On 21 July 2014, Russia adopted a law which generally requires all companies that collect and process personal data of Russian citizens to use databases located in Russia. On 19 and 24 September 2014, the Russian State Duma passed in the first and second readings a draft law that will change the implementation deadline from 1 September 2016 to 1 January 2015. However, on 9 October 2014 a number of State Duma officials announced in Russian mass media that they no longer intend to change the implementation deadline to 1 January 2015, but a less significant change in implementation deadline still remains possible. No changes have been made to the draft law since then. Russian and foreign companies that collect the personal data of Russian citizens (either through websites or otherwise) will be required to maintain databases to store and process such personal data on Russian territory. However, the minimum steps required to comply with the Law are not currently clear. In accordance with the Law, operators of web resources through which personal data of Russian citizens are collected must ensure that the databases used to record, systemise, accumulate, store, amend, update and retrieve data are located in Russia. Note that the definition of “personal data” is very broad under Russian law. Personal data include any information that directly or indirectly relates to a particular individual. There is no exhaustive list of such data, but normally it includes name, date of birth, passport data, address, education, family status and other information disclosing the identification of an individual. The Law does not expressly require databases handled abroad in accordance with previous regulations to be returned to Russia and does not additionally restrict cross-border personal data transmission. Therefore, the interpretation of the new law in conjunction with other laws in this sphere leads us to believe that the new law does not restrict sending and processing personal data abroad, and a structure with a mirror database in Russia may be sufficient to comply with the law. In September 2014, Russian authorities suggested a more restrictive interpretation, according to which databases located within Russian territory must always be used at least for primary processing of personal data (recording, correction, alteration, etc.). If such interpretation prevails, companies would be required to reroute their flows of personal data through Russian IT facilities when Russian citizen are concerned. While this interpretation is nonbinding and further interpretations may be less restrictive, we find this development important due to the substantial changes and short period of implementation. If companies fail to comply, the Russian regulatory authorities will be able to block access to non-compliant websites based on a relevant court decision and/ or to impose administrative fines and issue binding orders to cease violations. A company’s resource may be unblocked if the underlying court ruling is overturned or if the company demonstrates that it has discontinued the violation. Currently, Russian law has no concept of a “server-based” taxable permanent establishment. However, many tax concepts developed by OECD countries are currently bein implemented in Russia. In the long term, companies operating Russia-based databases in connection with their commercial activities might face the risk of “serverbased” permanent establishmentclaims in Russia, especially in the e-commerce and cloud computing market segments. The potential change in effective date of the Law would significantly affect the Russian segment of businesses that use online personal data collection as a core element of their commercial activities. Despite the ongoing uncertainty, companies which are involved in the collection and processing of Russian nationals’ personal data, and which currently do not use a Russia-based personal database, should explore the legal and technical possibilities of creating such a Russia-based personal database while managing the tax and other risks associated with the same. They should also consider both the initial and possible restrictive interpretation of the law, as well as potential revision the implementation deadline. By Maxim Kalinin*, Edward Bekeschenko**, Alexander Monin**, Arseny Seidov** and Igor Makarov**.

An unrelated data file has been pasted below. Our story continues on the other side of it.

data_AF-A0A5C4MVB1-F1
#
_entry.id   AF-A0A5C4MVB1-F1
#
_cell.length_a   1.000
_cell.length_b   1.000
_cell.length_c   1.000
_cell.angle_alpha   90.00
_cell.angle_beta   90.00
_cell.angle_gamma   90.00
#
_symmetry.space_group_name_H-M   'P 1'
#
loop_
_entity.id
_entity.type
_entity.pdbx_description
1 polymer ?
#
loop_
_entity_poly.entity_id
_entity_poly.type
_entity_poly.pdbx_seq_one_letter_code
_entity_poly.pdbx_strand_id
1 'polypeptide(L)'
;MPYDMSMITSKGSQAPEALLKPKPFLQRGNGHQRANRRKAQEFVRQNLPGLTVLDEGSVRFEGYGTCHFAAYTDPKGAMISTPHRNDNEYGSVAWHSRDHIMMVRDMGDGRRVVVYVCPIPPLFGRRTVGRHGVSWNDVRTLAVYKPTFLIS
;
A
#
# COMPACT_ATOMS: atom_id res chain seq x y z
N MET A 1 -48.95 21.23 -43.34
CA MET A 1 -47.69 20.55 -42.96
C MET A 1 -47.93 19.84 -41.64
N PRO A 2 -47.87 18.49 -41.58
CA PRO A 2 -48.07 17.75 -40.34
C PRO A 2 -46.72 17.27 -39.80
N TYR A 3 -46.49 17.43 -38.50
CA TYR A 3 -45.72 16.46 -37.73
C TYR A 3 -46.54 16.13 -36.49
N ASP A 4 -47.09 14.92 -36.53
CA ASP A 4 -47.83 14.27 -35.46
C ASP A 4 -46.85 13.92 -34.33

* Maxim Kalinin is a partner in Baker & McKenzie‘s St. Petersburg office. ** Edward Bekeschenko, Alexander Monin, Arseny Seidov and Igor Makarov are partners in Baker & McKenzie‘s Moscow office.